Presentation Title

Depositional History of an Oxbow Lake: Duck Cove of the Catawba River, Charlotte, NC

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Abstract or Description

There are relatively few high-resolution terrestrial records of Holocene climate change for the southeastern United States. We are investigating the feasibility of obtaining such a record from oxbow lakes found along major drainages of the mid-Atlantic coast. The Catawba River is a single channel, meandering, incised river that drains 8556 square km from its headwaters on the Blue Ridge escarpment, through the Piedmont physiographic province of North and South Carolina to the Coastal Plain. The river currently is controlled by a series of dams and reservoirs operated by Duke Energy. Immediately downstream of the Cowans Ford Dam near Charlotte, NC, there is a free-flowing stretch where the Catawba River and its adjacent valley are characterized by steep valley walls, 3-4 fluvial strath terraces and a potential oxbow lake known as Duck Cove. The sediments of Duck Cove are meters thick and largely composed of laminated and bioturbated silty muds interbedded with centimeter thick fine sands with 14C-datable leaves and twigs dispersed throughout. Cores are capped by a planar-bedded fine to coarse sand up to 30 cm thick immediately overlying an organic rich layer dated at 1808 +/- 96 AD (calibrated radiocarbon age). The 30 cm thick sand is interpreted as a deposit from the 1916 flood that affected much of the region. Age dates from lower in the cores are inconclusive. Pollen analyses document abundant pine, oak and ragweed as well as corn, cotton, hemlock, fungal debris and charcoal suggesting that this alluvial environment was dominated by input from both a weedy, fire-prone nearby upland and Piedmont sources. We conclude that Duck Cove and other oxbow lakes are promising candidates to contain a long term (Holocene) climate record for the southeastern United States.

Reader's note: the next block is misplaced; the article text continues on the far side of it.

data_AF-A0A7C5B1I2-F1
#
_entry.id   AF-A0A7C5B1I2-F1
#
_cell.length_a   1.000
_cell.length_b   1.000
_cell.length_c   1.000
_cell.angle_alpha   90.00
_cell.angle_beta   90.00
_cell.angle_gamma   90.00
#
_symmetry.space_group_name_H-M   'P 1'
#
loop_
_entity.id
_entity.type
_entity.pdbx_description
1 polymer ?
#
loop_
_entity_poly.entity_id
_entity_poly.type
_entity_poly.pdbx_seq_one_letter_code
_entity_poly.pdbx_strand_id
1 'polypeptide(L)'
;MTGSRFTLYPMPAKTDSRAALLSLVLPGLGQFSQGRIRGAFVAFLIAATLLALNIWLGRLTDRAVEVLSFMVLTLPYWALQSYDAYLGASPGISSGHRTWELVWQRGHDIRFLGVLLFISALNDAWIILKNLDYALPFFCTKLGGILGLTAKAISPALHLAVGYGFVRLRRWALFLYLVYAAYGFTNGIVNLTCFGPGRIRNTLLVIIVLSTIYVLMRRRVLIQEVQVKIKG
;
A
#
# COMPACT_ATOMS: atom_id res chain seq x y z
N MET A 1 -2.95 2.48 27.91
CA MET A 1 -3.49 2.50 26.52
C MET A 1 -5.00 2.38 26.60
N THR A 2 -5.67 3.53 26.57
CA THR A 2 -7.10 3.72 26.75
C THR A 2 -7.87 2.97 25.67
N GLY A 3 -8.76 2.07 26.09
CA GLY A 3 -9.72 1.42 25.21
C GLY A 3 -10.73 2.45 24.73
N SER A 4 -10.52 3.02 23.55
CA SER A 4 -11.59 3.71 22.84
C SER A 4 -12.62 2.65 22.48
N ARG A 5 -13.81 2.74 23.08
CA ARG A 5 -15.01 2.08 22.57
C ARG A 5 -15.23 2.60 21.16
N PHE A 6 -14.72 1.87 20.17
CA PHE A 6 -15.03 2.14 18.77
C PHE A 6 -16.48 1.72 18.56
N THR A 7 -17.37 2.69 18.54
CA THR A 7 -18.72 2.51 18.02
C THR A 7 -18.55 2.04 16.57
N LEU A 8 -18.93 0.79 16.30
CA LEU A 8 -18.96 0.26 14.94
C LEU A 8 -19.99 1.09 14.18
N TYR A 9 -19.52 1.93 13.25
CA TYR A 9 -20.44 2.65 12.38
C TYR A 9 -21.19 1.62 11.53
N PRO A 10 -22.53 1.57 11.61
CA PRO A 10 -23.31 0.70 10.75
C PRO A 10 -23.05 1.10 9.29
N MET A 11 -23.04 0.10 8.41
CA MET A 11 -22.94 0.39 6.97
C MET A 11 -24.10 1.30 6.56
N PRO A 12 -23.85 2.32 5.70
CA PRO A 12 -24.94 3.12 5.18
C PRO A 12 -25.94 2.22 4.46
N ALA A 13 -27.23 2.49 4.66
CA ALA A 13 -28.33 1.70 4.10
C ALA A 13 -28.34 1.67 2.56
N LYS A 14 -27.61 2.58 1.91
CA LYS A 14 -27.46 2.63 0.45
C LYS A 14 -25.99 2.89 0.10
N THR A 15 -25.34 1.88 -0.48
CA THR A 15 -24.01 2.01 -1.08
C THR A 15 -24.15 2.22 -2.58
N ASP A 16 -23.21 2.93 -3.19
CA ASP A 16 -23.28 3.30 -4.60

Additional Information

Southeastern Section


Geological Society of America Annual Meeting


St. Petersburg, FL